Georgian Patriarch set to solve demographic problem31.08.2010 | 16:22
Catholicos Patriarch of All Georgia is going to invite the church to solve the country's demographic problems. He is ready to donate lands belonging to the Orthodox Church to construction of new villages for the population. But will this action change the situation in the republic? Experts and representatives of the Russian clergy discussed this question with GeorgiaTimes correspondent.
The demographic issue is particularly acute in Georgia now, - Catholicos Patriarch highlights. - While some villages with wonderful soil and solid crop potential lay empty". According to Ilia II people must live in these territories to create 21st century villages and multiply the nation. He also adds that the republic's authorities are ready to make this idea come true.
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Well, the Catholicos-Patriarch's decisiveness is understood. According to the forecasts by the World Bank in 15 years' time - by 2025 - Georgia's population might shrink by 1/5. As Mukes Chavla, the bank's leading economist and an author of the report said, today's Sakartvelo is one of the European and Central Asian countries that need to solve demographic problems pursuing reforms and modernizing the economy.
For the time being the Georgian economy does not show much progress. The privatization reform is de-facto on halt, the republic has failed to launch new markets, and the industrial sector has been on the drift for years. That is why most probably the church undertook to solve Georgia's demographic problems.
What is the outlook for Ilia II's idea?
Yuri Krupnov, director of the Institute of Demography, Migration and Regional Development: the position of the Georgian church looks perfectly timed and absolutely adequate. In this case the church rejects certain earthly amenities for their corporate interests preferring to support the country's future - the youth, i.e. people who bear the energy of the society. The issue of their settlement is basically the key problem of any state's development. That is why this initiative arouses admiration. It can be evaluated only as positive. I think this action will surely influence the demographic situation. The thing is that demography is closely connected with settlement and its type. Progressive countries have long been carrying out manor- landscape urbanization on the basis of privately owned family homes. Today this is the most promising way of settlement. In essence, a large family home stands for a multi-generation family that can afford having many children. This progressive settlement means a large family whose birthrate makes demography successful.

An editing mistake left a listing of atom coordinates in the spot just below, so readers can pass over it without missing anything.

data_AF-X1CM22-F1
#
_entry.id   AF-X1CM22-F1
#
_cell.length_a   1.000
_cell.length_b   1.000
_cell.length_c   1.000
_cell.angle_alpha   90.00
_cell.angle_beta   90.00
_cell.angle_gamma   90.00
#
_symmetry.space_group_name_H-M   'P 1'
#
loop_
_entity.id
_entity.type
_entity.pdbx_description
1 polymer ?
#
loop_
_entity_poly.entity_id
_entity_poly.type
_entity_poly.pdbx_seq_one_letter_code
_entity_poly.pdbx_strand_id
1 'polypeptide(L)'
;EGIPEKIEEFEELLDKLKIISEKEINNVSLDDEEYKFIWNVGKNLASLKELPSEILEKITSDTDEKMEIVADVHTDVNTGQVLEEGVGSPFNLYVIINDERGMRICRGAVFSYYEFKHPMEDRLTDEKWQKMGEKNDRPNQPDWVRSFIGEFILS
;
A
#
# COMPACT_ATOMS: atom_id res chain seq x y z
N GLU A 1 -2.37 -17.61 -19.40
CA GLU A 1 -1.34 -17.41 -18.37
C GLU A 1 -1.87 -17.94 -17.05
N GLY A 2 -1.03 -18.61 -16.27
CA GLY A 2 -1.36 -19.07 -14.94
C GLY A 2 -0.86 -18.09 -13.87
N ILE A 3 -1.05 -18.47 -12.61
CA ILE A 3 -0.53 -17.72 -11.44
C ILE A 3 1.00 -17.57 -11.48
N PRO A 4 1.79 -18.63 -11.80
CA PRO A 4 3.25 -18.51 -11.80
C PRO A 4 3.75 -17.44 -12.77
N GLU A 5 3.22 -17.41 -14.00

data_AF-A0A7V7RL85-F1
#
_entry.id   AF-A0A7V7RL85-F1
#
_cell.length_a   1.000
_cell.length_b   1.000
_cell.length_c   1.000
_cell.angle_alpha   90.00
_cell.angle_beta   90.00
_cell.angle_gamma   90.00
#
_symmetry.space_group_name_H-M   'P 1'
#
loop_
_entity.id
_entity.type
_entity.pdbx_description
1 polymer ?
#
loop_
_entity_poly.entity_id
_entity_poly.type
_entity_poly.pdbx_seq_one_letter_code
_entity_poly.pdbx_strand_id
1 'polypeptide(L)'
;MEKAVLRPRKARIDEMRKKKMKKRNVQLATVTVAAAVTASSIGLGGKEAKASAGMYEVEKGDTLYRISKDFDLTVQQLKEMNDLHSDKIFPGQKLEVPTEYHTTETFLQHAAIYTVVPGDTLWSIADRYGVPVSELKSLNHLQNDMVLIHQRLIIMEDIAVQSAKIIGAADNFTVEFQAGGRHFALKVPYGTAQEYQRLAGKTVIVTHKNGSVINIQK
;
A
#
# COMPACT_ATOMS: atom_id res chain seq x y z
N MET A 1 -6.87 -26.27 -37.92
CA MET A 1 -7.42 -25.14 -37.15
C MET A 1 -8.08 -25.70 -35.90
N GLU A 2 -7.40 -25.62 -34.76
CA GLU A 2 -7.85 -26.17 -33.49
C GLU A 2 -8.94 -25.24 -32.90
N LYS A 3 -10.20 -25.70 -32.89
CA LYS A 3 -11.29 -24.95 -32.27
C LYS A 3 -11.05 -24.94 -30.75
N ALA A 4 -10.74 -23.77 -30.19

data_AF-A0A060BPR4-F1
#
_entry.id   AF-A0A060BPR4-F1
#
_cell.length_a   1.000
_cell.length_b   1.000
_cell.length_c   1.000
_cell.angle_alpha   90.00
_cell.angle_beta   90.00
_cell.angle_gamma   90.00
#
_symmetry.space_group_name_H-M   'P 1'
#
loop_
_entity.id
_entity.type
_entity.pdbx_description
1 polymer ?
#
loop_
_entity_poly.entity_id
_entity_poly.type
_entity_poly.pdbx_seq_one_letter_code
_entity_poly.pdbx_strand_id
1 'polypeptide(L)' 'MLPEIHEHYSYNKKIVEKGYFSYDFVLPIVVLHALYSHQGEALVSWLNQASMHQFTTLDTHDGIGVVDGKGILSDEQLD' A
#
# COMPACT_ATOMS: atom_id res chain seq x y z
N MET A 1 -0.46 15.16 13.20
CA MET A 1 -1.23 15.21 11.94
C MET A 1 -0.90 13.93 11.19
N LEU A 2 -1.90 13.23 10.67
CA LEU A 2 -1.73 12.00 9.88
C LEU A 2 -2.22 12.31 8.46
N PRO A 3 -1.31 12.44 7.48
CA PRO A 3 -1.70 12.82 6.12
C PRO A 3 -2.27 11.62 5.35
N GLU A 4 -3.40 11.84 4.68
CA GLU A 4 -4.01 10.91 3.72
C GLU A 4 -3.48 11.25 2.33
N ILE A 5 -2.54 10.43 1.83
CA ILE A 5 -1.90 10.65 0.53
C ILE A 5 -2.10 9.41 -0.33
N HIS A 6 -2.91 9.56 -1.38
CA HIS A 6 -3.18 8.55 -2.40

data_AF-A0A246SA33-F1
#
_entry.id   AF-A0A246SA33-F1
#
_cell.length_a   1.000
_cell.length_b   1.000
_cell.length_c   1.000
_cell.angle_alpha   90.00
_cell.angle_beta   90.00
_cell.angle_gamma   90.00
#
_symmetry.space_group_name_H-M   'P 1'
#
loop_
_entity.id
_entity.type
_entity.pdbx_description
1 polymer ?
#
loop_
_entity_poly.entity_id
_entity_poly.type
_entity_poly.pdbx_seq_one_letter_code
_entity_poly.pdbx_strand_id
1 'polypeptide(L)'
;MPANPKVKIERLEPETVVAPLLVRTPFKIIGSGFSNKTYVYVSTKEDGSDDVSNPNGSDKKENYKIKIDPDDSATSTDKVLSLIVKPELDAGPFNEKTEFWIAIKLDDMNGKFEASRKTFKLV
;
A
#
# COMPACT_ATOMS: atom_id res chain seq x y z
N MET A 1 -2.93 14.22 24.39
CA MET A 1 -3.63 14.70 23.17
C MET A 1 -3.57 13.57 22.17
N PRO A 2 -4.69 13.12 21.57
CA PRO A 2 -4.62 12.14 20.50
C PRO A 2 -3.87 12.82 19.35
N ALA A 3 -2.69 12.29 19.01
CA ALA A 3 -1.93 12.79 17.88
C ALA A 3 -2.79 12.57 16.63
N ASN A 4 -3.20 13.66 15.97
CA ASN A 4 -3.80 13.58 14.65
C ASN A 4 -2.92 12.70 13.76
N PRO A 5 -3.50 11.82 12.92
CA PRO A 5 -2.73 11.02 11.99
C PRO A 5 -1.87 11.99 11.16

Maxim Obukhov, head of the Orthodox Zhizn (Life) medical and enlightenment center: I think this is really good. Georgia's density of population is not that great, so the land can be used more efficiently. The main thing is that owning a private home boosts birth rate and strengthens families. I will remark that the land is good when it is used. Not always inherited church lands can be used efficiently. The only thing to be done is to avoid transfer of Georgia's church lands to investments purposes. There must be some investment contract binding new owners to build homes in that land. Anyway, Ilia II's initiative can bring a real change to the demographic situation in the republic.
Are there any examples of successful transfer of state lands to population?
Yuri Krupnov: one hundred years ago Russian citizens mainly lived in low-rise buildings creating close-knit families. And this is a good reference. There are such examples like the post-war situation in the USA where an urbanization revolution took place due to transfer of the army's low-rise buildings to the needs of mass construction. Now over 70% of the US population lives in private homes.
Maxim Obukhov: I can refer to Stolypin's reform as an example. It had an enormous economic effect from the transfer of lands located in the areas of risk farming. Several years of this reform helped to determine Siberia's future development considerably. I think, now something similar must be done.